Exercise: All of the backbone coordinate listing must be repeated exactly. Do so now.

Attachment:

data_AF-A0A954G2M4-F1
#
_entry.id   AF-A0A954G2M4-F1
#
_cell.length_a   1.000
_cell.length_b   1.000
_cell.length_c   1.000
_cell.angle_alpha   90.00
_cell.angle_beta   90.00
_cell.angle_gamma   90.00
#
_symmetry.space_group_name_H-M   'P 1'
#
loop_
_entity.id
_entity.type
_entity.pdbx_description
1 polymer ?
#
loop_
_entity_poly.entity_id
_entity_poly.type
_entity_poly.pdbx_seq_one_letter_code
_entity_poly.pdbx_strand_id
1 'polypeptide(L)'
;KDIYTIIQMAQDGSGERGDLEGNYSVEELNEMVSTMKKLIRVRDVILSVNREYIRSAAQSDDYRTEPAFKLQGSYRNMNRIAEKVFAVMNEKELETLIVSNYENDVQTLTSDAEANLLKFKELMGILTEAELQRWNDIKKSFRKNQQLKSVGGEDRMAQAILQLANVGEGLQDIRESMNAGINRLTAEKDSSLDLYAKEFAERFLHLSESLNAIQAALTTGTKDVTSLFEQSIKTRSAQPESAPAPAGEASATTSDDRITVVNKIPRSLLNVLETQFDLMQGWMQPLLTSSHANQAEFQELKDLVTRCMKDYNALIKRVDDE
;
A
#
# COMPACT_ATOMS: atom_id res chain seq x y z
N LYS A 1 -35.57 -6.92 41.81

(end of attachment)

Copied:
data_AF-A0A954G2M4-F1
#
_entry.id   AF-A0A954G2M4-F1
#
_cell.length_a   1.000
_cell.length_b   1.000
_cell.length_c   1.000
_cell.angle_alpha   90.00
_cell.angle_beta   90.00
_cell.angle_gamma   90.00
#
_symmetry.space_group_name_H-M   'P 1'
#
loop_
_entity.id
_entity.type
_entity.pdbx_description
1 polymer ?
#
loop_
_entity_poly.entity_id
_entity_poly.type
_entity_poly.pdbx_seq_one_letter_code
_entity_poly.pdbx_strand_id
1 'polypeptide(L)'
;KDIYTIIQMAQDGSGERGDLEGNYSVEELNEMVSTMKKLIRVRDVILSVNREYIRSAAQSDDYRTEPAFKLQGSYRNMNRIAEKVFAVMNEKELETLIVSNYENDVQTLTSDAEANLLKFKELMGILTEAELQRWNDIKKSFRKNQQLKSVGGEDRMAQAILQLANVGEGLQDIRESMNAGINRLTAEKDSSLDLYAKEFAERFLHLSESLNAIQAALTTGTKDVTSLFEQSIKTRSAQPESAPAPAGEASATTSDDRITVVNKIPRSLLNVLETQFDLMQGWMQPLLTSSHANQAEFQELKDLVTRCMKDYNALIKRVDDE
;
A
#
# COMPACT_ATOMS: atom_id res chain seq x y z
N LYS A 1 -35.57 -6.92 41.81